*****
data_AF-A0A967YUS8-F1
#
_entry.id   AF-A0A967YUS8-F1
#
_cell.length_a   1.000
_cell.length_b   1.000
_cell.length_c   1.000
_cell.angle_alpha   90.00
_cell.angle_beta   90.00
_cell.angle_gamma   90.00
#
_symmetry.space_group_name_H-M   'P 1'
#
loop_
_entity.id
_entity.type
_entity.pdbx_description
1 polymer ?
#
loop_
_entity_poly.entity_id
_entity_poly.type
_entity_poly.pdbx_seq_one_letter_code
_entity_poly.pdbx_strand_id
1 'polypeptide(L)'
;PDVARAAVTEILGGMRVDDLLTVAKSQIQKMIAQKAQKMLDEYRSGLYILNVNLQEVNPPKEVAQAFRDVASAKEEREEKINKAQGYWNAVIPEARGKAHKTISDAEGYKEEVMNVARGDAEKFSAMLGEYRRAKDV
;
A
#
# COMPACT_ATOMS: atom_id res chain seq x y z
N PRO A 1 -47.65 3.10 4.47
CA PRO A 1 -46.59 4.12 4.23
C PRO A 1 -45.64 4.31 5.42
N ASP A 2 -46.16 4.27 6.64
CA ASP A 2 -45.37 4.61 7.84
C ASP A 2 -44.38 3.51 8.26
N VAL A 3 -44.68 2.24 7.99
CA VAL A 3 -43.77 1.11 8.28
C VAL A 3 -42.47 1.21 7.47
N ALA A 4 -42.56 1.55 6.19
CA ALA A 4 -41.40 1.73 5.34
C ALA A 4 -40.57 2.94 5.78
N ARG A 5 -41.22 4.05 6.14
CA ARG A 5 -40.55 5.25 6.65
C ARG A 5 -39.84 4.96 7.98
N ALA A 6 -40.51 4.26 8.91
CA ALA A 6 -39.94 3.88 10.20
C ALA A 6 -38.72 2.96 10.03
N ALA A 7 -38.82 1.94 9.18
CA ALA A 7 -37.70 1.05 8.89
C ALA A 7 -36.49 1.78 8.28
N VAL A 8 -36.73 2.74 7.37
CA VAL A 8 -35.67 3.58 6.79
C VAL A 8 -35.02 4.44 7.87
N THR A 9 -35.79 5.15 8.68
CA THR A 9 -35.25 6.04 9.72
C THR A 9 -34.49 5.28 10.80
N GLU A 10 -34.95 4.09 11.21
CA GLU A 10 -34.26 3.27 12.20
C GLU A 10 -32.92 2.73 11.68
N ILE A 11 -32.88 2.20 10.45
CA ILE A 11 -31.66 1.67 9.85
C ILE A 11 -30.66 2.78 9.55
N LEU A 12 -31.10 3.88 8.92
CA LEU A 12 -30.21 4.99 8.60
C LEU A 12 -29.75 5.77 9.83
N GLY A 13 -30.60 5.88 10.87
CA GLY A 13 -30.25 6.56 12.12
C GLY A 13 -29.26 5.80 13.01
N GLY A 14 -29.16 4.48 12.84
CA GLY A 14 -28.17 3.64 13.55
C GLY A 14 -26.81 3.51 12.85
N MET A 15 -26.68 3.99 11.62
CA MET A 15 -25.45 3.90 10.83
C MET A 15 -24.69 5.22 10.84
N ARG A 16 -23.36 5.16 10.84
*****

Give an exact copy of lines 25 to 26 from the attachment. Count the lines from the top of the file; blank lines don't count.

1 'polypeptide(L)'
;PDVARAAVTEILGGMRVDDLLTVAKSQIQKMIAQKAQKMLDEYRSGLYILNVNLQEVNPPKEVAQAFRDVASAKEEREEKINKAQGYWNAVIPEARGKAHKTISDAEGYKEEVMNVARGDAEKFSAMLGEYRRAKDV